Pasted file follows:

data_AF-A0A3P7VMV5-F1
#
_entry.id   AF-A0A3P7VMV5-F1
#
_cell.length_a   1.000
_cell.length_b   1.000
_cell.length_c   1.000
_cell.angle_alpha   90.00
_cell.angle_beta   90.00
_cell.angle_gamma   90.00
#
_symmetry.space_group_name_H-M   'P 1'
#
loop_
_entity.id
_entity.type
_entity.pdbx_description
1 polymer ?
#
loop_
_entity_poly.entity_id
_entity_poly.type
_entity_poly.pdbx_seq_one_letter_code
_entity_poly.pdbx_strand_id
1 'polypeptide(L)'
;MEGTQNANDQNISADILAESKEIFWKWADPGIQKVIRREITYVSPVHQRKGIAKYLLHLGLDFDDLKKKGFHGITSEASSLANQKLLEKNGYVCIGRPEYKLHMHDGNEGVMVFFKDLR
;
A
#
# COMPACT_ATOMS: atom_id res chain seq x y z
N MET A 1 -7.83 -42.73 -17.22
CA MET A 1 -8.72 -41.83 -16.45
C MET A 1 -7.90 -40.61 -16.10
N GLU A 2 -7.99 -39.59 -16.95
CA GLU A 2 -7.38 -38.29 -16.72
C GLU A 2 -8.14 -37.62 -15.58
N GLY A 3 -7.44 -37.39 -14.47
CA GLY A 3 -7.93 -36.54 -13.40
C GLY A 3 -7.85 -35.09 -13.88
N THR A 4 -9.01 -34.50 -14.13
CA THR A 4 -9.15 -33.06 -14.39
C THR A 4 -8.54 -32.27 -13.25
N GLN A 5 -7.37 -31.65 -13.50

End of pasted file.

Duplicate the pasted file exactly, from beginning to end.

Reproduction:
data_AF-A0A3P7VMV5-F1
#
_entry.id   AF-A0A3P7VMV5-F1
#
_cell.length_a   1.000
_cell.length_b   1.000
_cell.length_c   1.000
_cell.angle_alpha   90.00
_cell.angle_beta   90.00
_cell.angle_gamma   90.00
#
_symmetry.space_group_name_H-M   'P 1'
#
loop_
_entity.id
_entity.type
_entity.pdbx_description
1 polymer ?
#
loop_
_entity_poly.entity_id
_entity_poly.type
_entity_poly.pdbx_seq_one_letter_code
_entity_poly.pdbx_strand_id
1 'polypeptide(L)'
;MEGTQNANDQNISADILAESKEIFWKWADPGIQKVIRREITYVSPVHQRKGIAKYLLHLGLDFDDLKKKGFHGITSEASSLANQKLLEKNGYVCIGRPEYKLHMHDGNEGVMVFFKDLR
;
A
#
# COMPACT_ATOMS: atom_id res chain seq x y z
N MET A 1 -7.83 -42.73 -17.22
CA MET A 1 -8.72 -41.83 -16.45
C MET A 1 -7.90 -40.61 -16.10
N GLU A 2 -7.99 -39.59 -16.95
CA GLU A 2 -7.38 -38.29 -16.72
C GLU A 2 -8.14 -37.62 -15.58
N GLY A 3 -7.44 -37.39 -14.47
CA GLY A 3 -7.93 -36.54 -13.40
C GLY A 3 -7.85 -35.09 -13.88
N THR A 4 -9.01 -34.50 -14.13
CA THR A 4 -9.15 -33.06 -14.39
C THR A 4 -8.54 -32.27 -13.25
N GLN A 5 -7.37 -31.65 -13.50